Sean Smith, who with his father owns that abutting land and grew up with the Studey children, isn’t surprised by any of the allegations. He, too, had heard the stories and he remembers an odd call he got about a decade ago.

“Out of the blue, this guy asks me if I had seen cow bones or people bones in the well,” Smith, 55, told Newsweek. It was Donald Studey, the man said to Smith. Taken back, Smith still kept listening. “He told me ‘My daughter’s always hallucinating and making up stories, and she told the authorities that I’ve got a body back there.'”

Smith said at least two FBI agents inspected the well site more than a year ago and asked questions. The FBI Omaha office declined to speak to Newsweek or confirm that an investigation was taking place into Studey’s accusations.

Smith said the FBI had promised to return in August to dig up the site. Weeks ago, the FBI turned up and dug out part of the well, law enforcement sources told Newsweek. But what they found, if anything, is unclear. The Fremont County Sheriff’s Department said it had not been notified ahead of time.

The sheriff’s office, with a budget of $1.8 million, puts the cost of boring the well at about $25,000, with a full excavation running upward of $300,000.

“If I have to, I’m gonna break the county and do it,” the sheriff said of a full dig, adding that he would welcome FBI assistance.

In addition to the Iowa DCI coming out Monday to inspect the area and possibly help in the effort, Aistrope said the Omaha Police Department has offered its expertise since victims may have come from the Omaha area.

Meanwhile, multiple agencies are searching records on Donald Studey and missing persons to see whether any match Lucey Studey’s description of the women, as well as at least two male victims – one in his 40s and one in his 20s – whom she says were buried in the well. Many of the women, according to Studey, were slender, on the shorter side with cropped dark, dirty blonde or dark red hair.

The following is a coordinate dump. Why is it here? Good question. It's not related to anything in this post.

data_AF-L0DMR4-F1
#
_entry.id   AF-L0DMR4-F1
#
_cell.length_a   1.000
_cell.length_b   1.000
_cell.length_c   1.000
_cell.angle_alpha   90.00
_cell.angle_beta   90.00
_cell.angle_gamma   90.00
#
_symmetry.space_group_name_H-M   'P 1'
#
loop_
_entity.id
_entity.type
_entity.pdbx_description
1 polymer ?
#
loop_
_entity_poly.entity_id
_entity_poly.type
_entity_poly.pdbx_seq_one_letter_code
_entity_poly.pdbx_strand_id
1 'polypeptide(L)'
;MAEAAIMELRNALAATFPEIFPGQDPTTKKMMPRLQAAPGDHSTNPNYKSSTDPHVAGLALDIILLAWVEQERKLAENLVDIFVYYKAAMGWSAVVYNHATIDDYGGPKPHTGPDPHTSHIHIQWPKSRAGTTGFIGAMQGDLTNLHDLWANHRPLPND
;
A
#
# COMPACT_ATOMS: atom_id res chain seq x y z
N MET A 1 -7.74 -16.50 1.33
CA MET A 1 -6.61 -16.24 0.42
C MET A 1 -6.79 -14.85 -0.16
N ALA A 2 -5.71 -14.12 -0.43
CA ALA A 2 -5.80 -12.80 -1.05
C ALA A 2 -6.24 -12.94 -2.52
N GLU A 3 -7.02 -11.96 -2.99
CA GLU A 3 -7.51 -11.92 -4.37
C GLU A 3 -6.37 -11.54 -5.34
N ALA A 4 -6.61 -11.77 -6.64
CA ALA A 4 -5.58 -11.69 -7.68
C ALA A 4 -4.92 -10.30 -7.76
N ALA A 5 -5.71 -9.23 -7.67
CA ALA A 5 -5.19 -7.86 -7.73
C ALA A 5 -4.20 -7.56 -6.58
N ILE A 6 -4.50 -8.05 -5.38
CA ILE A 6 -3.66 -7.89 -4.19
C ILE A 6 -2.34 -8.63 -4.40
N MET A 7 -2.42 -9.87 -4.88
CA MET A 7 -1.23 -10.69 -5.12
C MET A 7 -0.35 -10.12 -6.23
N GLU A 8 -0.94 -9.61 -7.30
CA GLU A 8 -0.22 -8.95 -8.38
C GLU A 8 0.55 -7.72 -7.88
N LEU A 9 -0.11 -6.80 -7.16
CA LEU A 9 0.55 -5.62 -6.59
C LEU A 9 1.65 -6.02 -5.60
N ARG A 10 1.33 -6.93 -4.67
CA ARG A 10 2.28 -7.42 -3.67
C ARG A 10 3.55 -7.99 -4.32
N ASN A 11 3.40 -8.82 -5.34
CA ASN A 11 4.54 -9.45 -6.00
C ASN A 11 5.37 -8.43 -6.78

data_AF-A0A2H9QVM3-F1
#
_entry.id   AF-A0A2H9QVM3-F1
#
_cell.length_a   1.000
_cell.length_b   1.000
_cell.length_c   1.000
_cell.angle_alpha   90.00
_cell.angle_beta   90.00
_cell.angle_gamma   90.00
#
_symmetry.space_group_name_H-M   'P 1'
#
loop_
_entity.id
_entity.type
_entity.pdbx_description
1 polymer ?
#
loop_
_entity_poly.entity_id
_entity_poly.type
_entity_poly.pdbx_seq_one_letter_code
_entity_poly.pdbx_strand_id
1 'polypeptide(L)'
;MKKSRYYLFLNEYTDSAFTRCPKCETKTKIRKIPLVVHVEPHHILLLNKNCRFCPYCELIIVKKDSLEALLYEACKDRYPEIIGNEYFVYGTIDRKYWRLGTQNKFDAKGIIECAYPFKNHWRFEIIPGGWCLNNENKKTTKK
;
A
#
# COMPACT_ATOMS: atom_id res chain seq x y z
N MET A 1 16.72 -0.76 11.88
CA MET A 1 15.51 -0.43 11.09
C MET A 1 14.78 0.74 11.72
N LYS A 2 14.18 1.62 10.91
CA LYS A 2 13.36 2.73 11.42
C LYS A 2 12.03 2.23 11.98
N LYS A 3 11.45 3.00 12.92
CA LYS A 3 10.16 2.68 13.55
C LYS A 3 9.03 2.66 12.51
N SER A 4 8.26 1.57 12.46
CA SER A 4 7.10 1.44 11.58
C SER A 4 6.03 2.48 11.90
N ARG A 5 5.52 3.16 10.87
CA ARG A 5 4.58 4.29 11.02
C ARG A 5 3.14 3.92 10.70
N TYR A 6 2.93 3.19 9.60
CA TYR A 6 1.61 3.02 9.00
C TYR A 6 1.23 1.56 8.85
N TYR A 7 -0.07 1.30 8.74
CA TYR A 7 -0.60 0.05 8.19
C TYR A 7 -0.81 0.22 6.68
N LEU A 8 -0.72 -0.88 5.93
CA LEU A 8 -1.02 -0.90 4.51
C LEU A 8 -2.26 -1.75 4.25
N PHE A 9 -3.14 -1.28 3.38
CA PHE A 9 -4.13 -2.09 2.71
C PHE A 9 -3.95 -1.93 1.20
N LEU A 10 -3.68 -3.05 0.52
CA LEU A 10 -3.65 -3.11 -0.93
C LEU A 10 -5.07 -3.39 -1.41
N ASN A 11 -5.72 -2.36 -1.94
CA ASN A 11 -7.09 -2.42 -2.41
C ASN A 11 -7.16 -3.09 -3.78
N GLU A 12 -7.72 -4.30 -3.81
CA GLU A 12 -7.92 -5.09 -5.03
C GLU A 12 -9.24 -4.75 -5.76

Newsweek was not immediately able to establish whether there had matching disappearances in the area over the decades in question. Police said that if those murdered were transient or sex workers, it is possible that they were never reported missing.

If bodies are found in Thurman, advances in technology and recordkeeping could now at least give families closure.

“Today, DNA is so popular, and people are putting their DNA in systems trying to see their relatives,” Aistrope said. “Now, that could help…Just because we’re a podunk county of 8,500 people, we deserve just as much help as anyplace else.”

For Lucey Studey, the search by the cadaver dogs finally seemed to be bringing her nearer to having her story believed and to finding her own closure. As she stood on the ridge watching the dogs move from place to place, she said: “This is what I’ve been telling people for 45 years. I told you.”

Memorial site of alleged killer in Iowa
Lucy Studey looks at the memorial site for her late father Donald Dean Studey. She accused him for 45 years of being a serial killer, but nobody would listen. Now, cadaver dogs have found signs of possible human remains.
Photo by Naveed Jamali/Newsweek Dad Was Serial Killer, Woman says, as Cadaver Dogs Scour Field of Nightmares

Rick Schindler